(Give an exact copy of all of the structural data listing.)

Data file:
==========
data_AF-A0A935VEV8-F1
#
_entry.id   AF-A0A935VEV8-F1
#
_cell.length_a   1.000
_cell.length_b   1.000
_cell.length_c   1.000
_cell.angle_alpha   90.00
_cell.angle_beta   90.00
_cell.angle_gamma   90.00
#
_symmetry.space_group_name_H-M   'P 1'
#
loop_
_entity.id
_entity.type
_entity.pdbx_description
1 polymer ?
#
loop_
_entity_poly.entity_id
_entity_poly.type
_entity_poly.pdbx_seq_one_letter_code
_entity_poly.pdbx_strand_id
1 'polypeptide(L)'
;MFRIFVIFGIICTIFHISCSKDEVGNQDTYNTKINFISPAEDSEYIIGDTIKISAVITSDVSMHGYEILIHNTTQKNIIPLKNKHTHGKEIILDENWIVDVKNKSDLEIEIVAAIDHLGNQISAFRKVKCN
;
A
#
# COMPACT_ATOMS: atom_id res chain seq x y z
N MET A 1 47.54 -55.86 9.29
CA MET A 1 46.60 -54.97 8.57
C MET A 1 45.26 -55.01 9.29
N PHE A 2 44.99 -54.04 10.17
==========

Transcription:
data_AF-A0A935VEV8-F1
#
_entry.id   AF-A0A935VEV8-F1
#
_cell.length_a   1.000
_cell.length_b   1.000
_cell.length_c   1.000
_cell.angle_alpha   90.00
_cell.angle_beta   90.00
_cell.angle_gamma   90.00
#
_symmetry.space_group_name_H-M   'P 1'
#
loop_
_entity.id
_entity.type
_entity.pdbx_description
1 polymer ?
#
loop_
_entity_poly.entity_id
_entity_poly.type
_entity_poly.pdbx_seq_one_letter_code
_entity_poly.pdbx_strand_id
1 'polypeptide(L)'
;MFRIFVIFGIICTIFHISCSKDEVGNQDTYNTKINFISPAEDSEYIIGDTIKISAVITSDVSMHGYEILIHNTTQKNIIPLKNKHTHGKEIILDENWIVDVKNKSDLEIEIVAAIDHLGNQISAFRKVKCN
;
A
#
# COMPACT_ATOMS: atom_id res chain seq x y z
N MET A 1 47.54 -55.86 9.29
CA MET A 1 46.60 -54.97 8.57
C MET A 1 45.26 -55.01 9.29
N PHE A 2 44.99 -54.04 10.17